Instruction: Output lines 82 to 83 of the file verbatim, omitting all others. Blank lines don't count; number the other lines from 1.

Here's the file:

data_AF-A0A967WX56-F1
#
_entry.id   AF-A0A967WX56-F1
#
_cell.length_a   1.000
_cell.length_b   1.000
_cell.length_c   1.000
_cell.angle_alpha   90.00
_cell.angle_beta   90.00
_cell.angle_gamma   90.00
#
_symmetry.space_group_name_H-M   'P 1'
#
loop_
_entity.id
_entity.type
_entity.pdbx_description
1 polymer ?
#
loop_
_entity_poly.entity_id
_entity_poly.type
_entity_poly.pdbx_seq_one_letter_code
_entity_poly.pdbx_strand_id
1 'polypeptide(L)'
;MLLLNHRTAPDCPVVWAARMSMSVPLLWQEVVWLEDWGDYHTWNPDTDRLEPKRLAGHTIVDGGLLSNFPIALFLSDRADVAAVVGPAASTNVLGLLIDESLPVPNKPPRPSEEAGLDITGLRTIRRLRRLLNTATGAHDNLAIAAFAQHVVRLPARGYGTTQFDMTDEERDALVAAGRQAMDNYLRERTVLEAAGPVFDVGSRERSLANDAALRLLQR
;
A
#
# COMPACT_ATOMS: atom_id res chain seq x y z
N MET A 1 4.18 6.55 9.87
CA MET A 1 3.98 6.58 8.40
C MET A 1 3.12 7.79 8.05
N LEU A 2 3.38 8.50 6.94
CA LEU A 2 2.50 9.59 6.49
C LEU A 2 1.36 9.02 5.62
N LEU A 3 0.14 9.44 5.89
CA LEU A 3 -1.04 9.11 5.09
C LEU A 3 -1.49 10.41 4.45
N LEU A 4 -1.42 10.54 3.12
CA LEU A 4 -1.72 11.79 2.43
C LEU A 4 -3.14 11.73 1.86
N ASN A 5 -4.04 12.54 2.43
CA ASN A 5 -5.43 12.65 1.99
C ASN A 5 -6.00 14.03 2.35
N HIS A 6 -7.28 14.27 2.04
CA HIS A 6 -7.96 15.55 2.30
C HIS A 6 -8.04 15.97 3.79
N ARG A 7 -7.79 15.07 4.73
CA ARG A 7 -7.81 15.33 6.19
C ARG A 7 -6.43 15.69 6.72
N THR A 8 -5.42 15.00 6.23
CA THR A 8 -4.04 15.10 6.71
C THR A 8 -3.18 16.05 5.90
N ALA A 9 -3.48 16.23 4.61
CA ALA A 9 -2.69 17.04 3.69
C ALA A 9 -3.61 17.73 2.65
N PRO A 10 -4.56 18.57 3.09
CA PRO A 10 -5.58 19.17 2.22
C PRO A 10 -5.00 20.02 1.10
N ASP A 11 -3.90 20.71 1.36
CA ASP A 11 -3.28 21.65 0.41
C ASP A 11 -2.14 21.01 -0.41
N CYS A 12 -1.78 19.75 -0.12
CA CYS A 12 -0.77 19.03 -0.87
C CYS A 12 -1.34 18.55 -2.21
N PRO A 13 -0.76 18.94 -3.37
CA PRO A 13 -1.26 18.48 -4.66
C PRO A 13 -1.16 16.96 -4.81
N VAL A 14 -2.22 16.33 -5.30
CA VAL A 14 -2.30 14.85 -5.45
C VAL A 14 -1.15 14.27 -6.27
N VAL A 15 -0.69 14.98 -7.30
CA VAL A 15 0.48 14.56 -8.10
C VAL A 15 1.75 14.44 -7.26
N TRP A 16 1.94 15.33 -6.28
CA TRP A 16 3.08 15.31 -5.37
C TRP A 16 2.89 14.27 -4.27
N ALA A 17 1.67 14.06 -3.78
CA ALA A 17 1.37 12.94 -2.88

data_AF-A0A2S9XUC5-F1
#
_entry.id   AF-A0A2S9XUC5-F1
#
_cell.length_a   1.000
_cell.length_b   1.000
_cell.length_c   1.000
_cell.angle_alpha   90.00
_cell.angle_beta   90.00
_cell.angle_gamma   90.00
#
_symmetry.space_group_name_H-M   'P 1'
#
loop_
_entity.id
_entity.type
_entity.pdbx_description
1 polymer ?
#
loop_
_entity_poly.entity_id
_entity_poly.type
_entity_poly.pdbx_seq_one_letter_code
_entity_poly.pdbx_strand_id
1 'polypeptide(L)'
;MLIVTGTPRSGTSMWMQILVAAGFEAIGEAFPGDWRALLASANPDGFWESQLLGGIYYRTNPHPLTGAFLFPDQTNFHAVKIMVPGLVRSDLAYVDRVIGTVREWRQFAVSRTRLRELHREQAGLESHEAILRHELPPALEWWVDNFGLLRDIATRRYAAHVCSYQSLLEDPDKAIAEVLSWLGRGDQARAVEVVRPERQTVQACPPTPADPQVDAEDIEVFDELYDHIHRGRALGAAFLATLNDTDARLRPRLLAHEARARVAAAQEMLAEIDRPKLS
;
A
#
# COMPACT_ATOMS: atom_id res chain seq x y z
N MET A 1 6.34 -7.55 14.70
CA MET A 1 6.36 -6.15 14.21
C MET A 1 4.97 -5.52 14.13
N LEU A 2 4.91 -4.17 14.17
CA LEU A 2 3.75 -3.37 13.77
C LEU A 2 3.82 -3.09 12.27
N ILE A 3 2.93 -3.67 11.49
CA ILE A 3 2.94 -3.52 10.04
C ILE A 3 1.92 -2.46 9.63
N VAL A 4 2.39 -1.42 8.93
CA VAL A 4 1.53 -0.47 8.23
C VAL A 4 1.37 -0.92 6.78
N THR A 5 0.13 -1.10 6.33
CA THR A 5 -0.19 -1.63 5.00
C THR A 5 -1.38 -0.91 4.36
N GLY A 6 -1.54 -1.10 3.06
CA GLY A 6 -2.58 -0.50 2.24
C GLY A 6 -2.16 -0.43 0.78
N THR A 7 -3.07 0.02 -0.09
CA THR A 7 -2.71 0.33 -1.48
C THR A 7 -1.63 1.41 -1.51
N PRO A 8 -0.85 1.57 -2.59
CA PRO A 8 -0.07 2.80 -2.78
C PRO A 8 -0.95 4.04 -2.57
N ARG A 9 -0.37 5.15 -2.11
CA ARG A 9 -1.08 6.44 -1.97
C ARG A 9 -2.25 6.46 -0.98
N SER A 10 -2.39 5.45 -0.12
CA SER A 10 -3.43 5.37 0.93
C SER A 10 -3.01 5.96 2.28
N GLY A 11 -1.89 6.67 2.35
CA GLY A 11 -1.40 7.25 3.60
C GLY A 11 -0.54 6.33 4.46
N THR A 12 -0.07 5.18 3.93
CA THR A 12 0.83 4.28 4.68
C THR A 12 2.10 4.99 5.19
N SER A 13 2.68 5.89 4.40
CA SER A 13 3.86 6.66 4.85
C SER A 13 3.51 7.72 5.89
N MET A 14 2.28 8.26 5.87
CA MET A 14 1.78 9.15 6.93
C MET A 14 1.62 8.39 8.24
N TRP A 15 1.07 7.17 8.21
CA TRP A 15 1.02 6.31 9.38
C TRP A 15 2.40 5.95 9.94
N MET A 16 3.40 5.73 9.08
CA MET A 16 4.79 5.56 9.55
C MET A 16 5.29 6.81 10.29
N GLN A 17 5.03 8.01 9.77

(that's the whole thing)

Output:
#
_entry.id   AF-A0A2S9XUC5-F1